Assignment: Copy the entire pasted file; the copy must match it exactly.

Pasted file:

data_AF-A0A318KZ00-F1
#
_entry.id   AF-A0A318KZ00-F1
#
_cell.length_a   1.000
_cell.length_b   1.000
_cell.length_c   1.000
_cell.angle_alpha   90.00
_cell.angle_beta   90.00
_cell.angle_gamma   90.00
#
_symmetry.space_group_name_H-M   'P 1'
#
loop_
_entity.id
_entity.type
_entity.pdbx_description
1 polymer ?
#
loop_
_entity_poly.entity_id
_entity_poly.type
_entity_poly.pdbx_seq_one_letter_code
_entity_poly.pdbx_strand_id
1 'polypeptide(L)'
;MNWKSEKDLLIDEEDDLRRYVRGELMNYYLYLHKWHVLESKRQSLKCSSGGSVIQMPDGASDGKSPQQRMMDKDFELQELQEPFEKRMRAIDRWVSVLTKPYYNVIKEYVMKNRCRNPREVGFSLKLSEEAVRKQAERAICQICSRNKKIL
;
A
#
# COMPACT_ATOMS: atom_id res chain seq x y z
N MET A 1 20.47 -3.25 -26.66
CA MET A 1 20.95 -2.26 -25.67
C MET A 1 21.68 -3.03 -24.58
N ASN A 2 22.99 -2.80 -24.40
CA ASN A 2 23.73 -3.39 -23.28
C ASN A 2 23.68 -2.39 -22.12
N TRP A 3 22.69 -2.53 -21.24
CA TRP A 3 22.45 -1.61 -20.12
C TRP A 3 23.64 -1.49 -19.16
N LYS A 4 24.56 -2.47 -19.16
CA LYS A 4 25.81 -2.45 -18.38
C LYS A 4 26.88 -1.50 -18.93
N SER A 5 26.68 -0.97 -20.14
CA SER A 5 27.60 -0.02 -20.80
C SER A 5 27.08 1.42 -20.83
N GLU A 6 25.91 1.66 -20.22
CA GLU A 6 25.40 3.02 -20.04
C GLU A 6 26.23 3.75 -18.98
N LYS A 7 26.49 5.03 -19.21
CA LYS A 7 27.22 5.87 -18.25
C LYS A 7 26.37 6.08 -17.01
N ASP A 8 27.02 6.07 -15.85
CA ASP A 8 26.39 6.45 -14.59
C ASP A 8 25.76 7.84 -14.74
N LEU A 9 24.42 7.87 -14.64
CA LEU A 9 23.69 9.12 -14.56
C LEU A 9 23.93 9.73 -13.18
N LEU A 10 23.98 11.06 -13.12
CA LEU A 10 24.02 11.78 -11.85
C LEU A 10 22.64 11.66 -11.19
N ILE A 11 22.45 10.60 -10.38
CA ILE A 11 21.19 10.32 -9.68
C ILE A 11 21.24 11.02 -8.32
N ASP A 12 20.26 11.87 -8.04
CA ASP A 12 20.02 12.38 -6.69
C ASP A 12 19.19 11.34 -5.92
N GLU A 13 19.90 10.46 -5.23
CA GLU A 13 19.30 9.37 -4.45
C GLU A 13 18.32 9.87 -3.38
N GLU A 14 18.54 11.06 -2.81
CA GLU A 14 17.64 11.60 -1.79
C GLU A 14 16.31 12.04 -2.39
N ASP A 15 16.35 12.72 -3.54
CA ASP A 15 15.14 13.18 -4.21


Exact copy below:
data_AF-A0A318KZ00-F1
#
_entry.id   AF-A0A318KZ00-F1
#
_cell.length_a   1.000
_cell.length_b   1.000
_cell.length_c   1.000
_cell.angle_alpha   90.00
_cell.angle_beta   90.00
_cell.angle_gamma   90.00
#
_symmetry.space_group_name_H-M   'P 1'
#
loop_
_entity.id
_entity.type
_entity.pdbx_description
1 polymer ?
#
loop_
_entity_poly.entity_id
_entity_poly.type
_entity_poly.pdbx_seq_one_letter_code
_entity_poly.pdbx_strand_id
1 'polypeptide(L)'
;MNWKSEKDLLIDEEDDLRRYVRGELMNYYLYLHKWHVLESKRQSLKCSSGGSVIQMPDGASDGKSPQQRMMDKDFELQELQEPFEKRMRAIDRWVSVLTKPYYNVIKEYVMKNRCRNPREVGFSLKLSEEAVRKQAERAICQICSRNKKIL
;
A
#
# COMPACT_ATOMS: atom_id res chain seq x y z
N MET A 1 20.47 -3.25 -26.66
CA MET A 1 20.95 -2.26 -25.67
C MET A 1 21.68 -3.03 -24.58
N ASN A 2 22.99 -2.80 -24.40
CA ASN A 2 23.73 -3.39 -23.28
C ASN A 2 23.68 -2.39 -22.12
N TRP A 3 22.69 -2.53 -21.24
CA TRP A 3 22.45 -1.61 -20.12
C TRP A 3 23.64 -1.49 -19.16
N LYS A 4 24.56 -2.47 -19.16
CA LYS A 4 25.81 -2.45 -18.38
C LYS A 4 26.88 -1.50 -18.93
N SER A 5 26.68 -0.97 -20.14
CA SER A 5 27.60 -0.02 -20.80
C SER A 5 27.08 1.42 -20.83
N GLU A 6 25.91 1.66 -20.22
CA GLU A 6 25.40 3.02 -20.04
C GLU A 6 26.23 3.75 -18.98
N LYS A 7 26.49 5.03 -19.21
CA LYS A 7 27.22 5.87 -18.25
C LYS A 7 26.37 6.08 -17.01
N ASP A 8 27.02 6.07 -15.85
CA ASP A 8 26.39 6.45 -14.59
C ASP A 8 25.76 7.84 -14.74
N LEU A 9 24.42 7.87 -14.64
CA LEU A 9 23.69 9.12 -14.56
C LEU A 9 23.93 9.73 -13.18
N LEU A 10 23.98 11.06 -13.12
CA LEU A 10 24.02 11.78 -11.85
C LEU A 10 22.64 11.66 -11.19
N ILE A 11 22.45 10.60 -10.38
CA ILE A 11 21.19 10.32 -9.68
C ILE A 11 21.24 11.02 -8.32
N ASP A 12 20.26 11.87 -8.04
CA ASP A 12 20.02 12.38 -6.69
C ASP A 12 19.19 11.34 -5.92
N GLU A 13 19.90 10.46 -5.23
CA GLU A 13 19.30 9.37 -4.45
C GLU A 13 18.32 9.87 -3.38
N GLU A 14 18.54 11.06 -2.81
CA GLU A 14 17.64 11.60 -1.79
C GLU A 14 16.31 12.04 -2.39
N ASP A 15 16.35 12.72 -3.54
CA ASP A 15 15.14 13.18 -4.21